Wednesday, July 23, 2008

Not My Best Moment: A Career "First"


Ordinarily I like friendly chatter. That is, at the right time and place. I think it makes the work day more pleasant.

But when total concentration and focus are required, I dislike chatter. I disapprove of chatter. I think chatter in such a scenario is a symptom of one or both of the following: forgetfulness or lack of understanding of the critical nature of a moment, and indifference to, or disrespect of, the critical importance of a moment.

When a surgeon says sternly, "I need quiet in here right now," I shut up.

When I ask the chief of surgery to turn down his iPod so I can hear my monitors, he does.

When I need to concentrate, and have time to ask nicely, I don't hesitate to tell people I need them to stop talking just for a little while.

None of these requests is ever aimed as a personal attack, to rebuke an individual (who may very well be irritating), or to embarrass anyone publicly. Because the truth is, even in the warmest of environments, patient care sometimes means business only, quick and terse phrases, nothing personal. It's a hospital, after all, not an ice cream social.

And sometimes there just isnt' time for social niceties. Really.

Like during induction of anesthesia and intubation, when your student can't get the airway, and he's softspoken and too inexperienced to be able to verbalize what he's seeing or not seeing when he tries the intubation.

Students like me because I am nice to them. I don't raise my voice. I don't mock them for failing. I reassure them, guide them, try to give them helpful feedback, tell them stories, explain what I mean, more than once if necessary. I try to let them do as much as possible and get them to perform their own corrections, based on the information they give me and my subsequent suggestions. Up to a point. But if it looks like it's not gonna happen, I step in and take over.

But today I yelled. Not at the student; at the nurse in charge of the front desk. This is a woman who can be very nice. But she can also be abrasive and frequently gets stressed out in a way that transmits that stress to those around her.

This woman barged in loudly just as I was trying to elicit important information about the airway from my soft-spoken rookie medic. He had already needed help to improve his mask ventilation, and after listening to my suggestions he had corrected his technique nicely. Now he had the laryngoscope in position and he couldn't see vocal cords.

I was asking him to describe what he saw - was the epiglottis in view? Was there just a tunnel of pink mucosa? Often inexperienced laryngoscopists have a tendency to insert the laryngoscope in a little too far, past the epiglottis, so I told him to pull back a little till he could see it. But I was having trouble hearing what he was mumbling behind his mask.

I had a student who couldn't get the airway and couldn't articulate why, and a patient I was responsible for. Everybody in that room needed to be standing at attention and ready to assist if the situation became perilous. And at that moment the woman from the desk burst through the door speaking at the top of her lungs, without bothering to take note of what was going on and what a critical moment it was.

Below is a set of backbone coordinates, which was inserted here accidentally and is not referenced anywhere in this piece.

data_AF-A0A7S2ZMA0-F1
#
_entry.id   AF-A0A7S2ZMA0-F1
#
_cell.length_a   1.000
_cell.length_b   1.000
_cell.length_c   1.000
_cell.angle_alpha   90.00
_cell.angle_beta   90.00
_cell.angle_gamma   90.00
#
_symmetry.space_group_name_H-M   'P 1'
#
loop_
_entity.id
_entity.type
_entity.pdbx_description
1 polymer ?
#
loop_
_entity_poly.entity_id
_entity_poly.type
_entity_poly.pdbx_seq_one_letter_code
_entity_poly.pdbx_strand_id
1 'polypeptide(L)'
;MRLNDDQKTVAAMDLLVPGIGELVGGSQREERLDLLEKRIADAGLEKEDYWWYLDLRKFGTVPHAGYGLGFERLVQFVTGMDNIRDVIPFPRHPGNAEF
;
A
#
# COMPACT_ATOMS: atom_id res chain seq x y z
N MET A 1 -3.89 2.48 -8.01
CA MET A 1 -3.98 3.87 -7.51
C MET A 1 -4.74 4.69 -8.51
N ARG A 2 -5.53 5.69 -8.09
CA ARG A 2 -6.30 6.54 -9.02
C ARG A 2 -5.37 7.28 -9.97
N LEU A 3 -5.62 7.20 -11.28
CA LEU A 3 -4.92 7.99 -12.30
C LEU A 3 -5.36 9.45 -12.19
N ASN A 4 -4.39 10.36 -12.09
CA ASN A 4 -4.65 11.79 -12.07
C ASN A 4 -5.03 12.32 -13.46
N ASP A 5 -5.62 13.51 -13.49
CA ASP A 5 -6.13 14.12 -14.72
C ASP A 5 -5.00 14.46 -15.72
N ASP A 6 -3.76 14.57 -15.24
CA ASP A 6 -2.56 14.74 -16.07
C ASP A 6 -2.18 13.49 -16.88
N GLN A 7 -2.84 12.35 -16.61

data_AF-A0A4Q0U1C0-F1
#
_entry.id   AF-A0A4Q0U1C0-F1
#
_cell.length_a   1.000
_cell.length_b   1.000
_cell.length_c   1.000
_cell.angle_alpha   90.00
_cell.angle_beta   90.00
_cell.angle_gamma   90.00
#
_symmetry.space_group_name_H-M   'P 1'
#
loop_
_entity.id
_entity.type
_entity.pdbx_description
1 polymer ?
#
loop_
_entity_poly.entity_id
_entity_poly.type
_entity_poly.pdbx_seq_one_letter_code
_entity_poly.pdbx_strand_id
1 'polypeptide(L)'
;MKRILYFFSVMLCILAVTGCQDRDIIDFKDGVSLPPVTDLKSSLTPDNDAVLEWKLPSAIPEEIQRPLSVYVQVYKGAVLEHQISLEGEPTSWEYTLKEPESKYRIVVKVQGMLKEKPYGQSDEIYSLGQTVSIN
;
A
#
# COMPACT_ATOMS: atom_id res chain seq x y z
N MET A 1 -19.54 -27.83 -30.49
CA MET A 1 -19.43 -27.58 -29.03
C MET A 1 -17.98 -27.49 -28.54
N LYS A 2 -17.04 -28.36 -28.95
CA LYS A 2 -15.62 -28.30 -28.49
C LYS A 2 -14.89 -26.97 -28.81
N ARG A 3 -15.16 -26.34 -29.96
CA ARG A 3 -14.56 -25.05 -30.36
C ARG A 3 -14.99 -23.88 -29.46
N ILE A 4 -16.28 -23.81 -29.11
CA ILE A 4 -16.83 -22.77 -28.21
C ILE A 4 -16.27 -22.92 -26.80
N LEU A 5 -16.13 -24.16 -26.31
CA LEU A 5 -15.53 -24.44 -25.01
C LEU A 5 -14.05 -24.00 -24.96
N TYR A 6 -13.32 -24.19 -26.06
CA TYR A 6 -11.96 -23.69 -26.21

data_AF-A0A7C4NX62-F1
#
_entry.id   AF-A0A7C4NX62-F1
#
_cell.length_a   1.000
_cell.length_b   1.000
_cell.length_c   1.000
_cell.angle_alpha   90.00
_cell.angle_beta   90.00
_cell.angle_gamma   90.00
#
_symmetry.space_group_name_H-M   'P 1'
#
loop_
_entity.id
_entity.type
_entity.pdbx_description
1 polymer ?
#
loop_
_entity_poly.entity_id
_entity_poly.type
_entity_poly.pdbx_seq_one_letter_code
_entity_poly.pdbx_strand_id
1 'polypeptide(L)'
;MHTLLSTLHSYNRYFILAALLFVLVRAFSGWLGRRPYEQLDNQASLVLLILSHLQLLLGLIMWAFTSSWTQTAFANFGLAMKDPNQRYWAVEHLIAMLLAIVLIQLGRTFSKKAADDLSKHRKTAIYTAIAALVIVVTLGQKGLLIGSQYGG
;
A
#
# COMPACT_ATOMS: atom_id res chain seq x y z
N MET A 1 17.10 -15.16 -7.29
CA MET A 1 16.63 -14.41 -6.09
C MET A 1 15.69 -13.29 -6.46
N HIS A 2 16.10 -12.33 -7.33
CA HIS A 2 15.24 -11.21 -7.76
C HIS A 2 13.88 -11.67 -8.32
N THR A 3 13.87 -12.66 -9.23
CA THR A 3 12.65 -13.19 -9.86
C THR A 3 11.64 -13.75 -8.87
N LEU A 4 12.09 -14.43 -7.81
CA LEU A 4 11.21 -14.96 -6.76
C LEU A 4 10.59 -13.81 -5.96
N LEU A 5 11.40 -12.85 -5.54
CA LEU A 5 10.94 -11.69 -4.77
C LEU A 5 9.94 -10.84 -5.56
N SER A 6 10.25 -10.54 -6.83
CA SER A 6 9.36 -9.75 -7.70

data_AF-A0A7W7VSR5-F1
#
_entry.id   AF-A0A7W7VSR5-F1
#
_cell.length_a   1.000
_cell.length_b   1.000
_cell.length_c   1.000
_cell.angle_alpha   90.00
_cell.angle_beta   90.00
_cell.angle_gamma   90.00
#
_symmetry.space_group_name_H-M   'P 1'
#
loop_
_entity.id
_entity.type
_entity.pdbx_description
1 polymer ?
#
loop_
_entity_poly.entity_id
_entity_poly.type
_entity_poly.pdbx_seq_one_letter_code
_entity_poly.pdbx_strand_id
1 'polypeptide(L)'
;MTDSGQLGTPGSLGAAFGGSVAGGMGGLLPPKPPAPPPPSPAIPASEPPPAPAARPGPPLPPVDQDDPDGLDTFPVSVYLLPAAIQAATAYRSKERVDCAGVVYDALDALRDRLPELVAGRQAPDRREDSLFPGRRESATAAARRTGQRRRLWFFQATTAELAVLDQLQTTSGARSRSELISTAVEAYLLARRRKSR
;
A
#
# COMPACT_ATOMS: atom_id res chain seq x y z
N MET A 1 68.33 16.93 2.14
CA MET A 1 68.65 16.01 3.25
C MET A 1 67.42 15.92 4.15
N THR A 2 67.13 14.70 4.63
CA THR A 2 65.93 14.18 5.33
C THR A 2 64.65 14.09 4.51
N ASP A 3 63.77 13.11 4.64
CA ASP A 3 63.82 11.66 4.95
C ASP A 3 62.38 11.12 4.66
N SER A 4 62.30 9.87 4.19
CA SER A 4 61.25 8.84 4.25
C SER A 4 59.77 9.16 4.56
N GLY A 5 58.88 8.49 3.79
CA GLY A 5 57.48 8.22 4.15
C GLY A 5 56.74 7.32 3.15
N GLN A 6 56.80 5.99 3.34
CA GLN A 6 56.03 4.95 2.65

I didn't even turn my head or stop to understand what she was going on about. I yelled.

"QUIET!"

There was a stunned silence.

"I need quiet in here!" I continued.

I turned to the paramedic student and said, "I'm going to step in and take a look, all right?"

He gave me the laryngoscope. The vital signs were holding. I made a subtle, almost imperceptible adjustment with my wrist and the vocal cords were there, fully visible, plain as day. A "Grade I" view.

"There you are. Wanna put the tube in?"

He started to, but I think I must have scared him, because he changed his mind just as it was touching the arytenoid cartilages and handed the end of it to me. I passed it into the trachea smoothly and secured the tube.

The student thanked me with a little bow and made a quick exit. I didn't even have a chance to debrief with him.

After attending to the last few details of "take-off," I picked up the phone and called the front desk to apologize to the charge nurse for raising my voice.

She hung up on me.

I was frustrated because I knew I had hurt her, without really intending to; perhaps made the student uncomfortable, causing us both to miss out on a chance for a fruitful teaching interaction; and also detected a real lack of respect for what we do at the head of the bed every time we anesthetize a patient. I had the feeling that we make it LOOK easy 99 times out of 100, so people FORGET that it's a LIFE AND DEATH moment up there, getting the airway. It looks easy most of the time, and after a couple of thousand, yes, most of the time it's a comfortable procedure, but there's also nothing more important than that precarious moment right at that moment. As that student found out - and before this, he had been feeling pretty darn good about the few intubations he'd tried - it looks simple until you actually try it yourself.

Anyway, I sought the woman out a second time later in the day, in person, put my hand on her shoulder and said, "I am truly sorry I yelled for quiet like that, but I didn't feel like I had time for more than a word or two right at that moment."

"I know," she said. "And I had to move on to the other O.R.'s right away, and then to the other phone line after you called, because there was a lot going on."

"Understood," I said.

We patched up. But it was a sad career "first" for me. It was the first time I'd raised my voice like that at a co-worker in the O.R.
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Photo credit: orangutan by Malene Thyssen

10 comments:

Anna said...

In the heat of battle, when things are really tense, stuff sometimes just happens. I think there is a difference between raising your voice during a critical moment vs. routinely yelling at people.